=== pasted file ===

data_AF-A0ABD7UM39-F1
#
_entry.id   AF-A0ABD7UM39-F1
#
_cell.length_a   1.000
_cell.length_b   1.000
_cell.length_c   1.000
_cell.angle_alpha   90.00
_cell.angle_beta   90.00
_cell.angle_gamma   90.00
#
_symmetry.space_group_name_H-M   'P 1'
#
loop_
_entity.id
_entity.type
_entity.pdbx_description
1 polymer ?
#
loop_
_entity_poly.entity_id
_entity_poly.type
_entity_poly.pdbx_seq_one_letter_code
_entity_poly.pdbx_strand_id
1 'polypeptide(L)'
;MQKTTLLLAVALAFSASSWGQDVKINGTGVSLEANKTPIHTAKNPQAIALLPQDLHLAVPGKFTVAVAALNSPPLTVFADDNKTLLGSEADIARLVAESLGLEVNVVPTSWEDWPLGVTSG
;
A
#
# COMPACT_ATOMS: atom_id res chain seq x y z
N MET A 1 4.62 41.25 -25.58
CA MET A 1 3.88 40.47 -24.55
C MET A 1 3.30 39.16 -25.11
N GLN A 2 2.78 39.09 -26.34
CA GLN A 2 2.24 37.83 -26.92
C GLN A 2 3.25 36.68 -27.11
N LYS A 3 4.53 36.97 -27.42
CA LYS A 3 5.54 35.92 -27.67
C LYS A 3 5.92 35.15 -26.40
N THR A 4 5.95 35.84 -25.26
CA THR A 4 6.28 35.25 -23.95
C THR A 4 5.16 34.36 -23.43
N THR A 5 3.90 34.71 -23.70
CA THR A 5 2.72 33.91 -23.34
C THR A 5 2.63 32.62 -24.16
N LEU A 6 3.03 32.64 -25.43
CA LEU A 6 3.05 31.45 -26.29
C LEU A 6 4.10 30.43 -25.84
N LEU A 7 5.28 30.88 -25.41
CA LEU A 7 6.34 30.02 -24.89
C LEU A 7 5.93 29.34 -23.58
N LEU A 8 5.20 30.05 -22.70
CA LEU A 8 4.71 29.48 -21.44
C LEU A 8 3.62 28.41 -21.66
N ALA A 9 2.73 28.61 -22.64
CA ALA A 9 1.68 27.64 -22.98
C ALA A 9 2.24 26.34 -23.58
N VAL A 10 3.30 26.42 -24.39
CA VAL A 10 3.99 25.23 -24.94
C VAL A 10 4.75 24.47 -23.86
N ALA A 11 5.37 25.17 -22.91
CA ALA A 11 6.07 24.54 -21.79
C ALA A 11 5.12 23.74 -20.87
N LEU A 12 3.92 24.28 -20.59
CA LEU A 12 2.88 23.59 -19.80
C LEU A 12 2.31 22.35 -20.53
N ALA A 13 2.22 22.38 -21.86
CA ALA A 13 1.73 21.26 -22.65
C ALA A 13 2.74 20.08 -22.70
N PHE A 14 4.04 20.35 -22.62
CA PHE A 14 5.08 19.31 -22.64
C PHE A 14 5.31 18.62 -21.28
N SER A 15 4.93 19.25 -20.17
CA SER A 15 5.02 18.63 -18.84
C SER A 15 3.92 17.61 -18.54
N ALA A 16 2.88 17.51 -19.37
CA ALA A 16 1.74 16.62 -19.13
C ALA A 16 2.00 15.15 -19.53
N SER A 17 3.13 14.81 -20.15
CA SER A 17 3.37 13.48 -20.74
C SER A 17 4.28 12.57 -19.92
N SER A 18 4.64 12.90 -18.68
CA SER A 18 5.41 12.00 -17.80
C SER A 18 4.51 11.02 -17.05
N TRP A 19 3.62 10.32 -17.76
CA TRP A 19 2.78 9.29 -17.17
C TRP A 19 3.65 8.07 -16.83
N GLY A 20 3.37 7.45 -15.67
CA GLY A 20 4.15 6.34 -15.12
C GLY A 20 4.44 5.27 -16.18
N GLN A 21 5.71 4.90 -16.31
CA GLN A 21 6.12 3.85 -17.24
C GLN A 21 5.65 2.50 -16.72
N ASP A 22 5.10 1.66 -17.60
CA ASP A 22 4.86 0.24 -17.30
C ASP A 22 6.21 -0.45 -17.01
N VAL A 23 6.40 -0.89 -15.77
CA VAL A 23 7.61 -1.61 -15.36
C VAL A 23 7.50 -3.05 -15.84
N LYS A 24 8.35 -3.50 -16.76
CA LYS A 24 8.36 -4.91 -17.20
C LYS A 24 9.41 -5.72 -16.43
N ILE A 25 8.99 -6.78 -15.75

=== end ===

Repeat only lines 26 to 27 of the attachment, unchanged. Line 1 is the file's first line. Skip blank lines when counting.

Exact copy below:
;MQKTTLLLAVALAFSASSWGQDVKINGTGVSLEANKTPIHTAKNPQAIALLPQDLHLAVPGKFTVAVAALNSPPLTVFADDNKTLLGSEADIARLVAESLGLEVNVVPTSWEDWPLGVTSG
;